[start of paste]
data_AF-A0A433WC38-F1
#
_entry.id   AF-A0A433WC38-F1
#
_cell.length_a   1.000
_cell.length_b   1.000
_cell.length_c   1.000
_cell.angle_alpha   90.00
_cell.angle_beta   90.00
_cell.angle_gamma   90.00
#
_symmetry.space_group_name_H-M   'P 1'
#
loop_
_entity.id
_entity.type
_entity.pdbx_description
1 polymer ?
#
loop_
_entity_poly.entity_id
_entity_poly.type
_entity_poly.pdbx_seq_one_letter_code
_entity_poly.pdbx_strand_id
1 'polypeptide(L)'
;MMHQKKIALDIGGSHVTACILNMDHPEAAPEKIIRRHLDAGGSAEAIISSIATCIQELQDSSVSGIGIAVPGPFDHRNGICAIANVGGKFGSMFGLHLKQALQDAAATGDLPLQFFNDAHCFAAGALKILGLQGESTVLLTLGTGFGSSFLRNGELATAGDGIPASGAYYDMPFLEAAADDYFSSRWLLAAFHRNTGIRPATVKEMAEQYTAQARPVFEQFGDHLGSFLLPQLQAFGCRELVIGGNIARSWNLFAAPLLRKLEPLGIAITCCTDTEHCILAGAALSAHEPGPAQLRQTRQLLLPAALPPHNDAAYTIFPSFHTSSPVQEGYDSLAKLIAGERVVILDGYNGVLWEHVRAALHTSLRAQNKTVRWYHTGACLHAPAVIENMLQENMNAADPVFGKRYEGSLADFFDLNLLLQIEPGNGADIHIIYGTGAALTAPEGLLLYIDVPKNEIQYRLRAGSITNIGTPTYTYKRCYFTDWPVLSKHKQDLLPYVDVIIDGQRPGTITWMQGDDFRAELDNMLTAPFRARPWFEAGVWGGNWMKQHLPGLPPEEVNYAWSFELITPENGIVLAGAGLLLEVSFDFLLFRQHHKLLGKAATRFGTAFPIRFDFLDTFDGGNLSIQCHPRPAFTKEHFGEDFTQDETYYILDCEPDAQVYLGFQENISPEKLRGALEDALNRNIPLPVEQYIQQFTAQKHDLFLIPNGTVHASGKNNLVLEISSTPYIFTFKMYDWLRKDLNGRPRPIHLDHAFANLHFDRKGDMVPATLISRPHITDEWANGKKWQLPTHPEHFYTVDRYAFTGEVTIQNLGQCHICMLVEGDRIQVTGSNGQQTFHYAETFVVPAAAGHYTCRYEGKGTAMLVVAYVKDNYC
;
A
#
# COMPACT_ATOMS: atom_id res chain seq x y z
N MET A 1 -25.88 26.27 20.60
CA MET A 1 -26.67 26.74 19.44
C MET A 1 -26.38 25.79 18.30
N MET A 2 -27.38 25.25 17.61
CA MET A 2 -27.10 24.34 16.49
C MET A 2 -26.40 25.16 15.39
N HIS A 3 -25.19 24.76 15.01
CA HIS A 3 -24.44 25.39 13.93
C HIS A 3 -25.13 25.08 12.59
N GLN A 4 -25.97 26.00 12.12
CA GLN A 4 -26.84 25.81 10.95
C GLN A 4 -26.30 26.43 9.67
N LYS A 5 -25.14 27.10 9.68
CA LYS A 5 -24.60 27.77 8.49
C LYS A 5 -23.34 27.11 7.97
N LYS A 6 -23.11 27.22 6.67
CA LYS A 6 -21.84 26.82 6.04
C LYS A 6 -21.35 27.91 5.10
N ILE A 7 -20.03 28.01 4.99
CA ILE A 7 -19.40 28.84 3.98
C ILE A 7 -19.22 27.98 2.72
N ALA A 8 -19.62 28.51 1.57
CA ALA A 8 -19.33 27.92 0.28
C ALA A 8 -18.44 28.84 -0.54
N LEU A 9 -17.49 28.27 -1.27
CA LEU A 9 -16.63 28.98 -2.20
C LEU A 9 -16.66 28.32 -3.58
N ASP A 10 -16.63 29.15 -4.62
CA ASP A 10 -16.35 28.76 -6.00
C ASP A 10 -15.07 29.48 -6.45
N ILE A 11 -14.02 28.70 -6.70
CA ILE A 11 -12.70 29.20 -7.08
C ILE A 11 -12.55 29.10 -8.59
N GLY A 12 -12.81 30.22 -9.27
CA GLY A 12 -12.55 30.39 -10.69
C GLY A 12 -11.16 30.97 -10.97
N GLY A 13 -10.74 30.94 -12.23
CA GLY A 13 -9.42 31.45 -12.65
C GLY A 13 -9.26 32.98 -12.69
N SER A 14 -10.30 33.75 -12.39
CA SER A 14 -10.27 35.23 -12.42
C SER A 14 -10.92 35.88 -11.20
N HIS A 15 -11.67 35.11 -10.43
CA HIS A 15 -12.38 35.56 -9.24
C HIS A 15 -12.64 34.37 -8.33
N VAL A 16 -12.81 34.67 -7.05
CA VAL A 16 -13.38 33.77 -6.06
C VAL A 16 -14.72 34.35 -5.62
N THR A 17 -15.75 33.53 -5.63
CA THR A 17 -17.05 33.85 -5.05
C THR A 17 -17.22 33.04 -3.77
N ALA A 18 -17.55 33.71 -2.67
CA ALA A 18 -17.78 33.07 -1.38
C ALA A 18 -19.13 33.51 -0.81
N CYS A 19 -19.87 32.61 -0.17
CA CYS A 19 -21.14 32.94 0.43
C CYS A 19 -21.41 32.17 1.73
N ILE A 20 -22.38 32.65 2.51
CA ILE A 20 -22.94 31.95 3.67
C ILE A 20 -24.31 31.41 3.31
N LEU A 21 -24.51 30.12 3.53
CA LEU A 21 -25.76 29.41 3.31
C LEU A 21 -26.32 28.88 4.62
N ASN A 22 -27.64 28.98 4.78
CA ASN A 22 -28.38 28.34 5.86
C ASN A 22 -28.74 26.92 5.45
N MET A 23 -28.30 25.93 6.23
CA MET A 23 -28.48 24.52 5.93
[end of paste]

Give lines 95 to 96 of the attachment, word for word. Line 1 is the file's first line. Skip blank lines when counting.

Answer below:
CA ASN A 22 -28.38 28.34 5.86
C ASN A 22 -28.74 26.92 5.45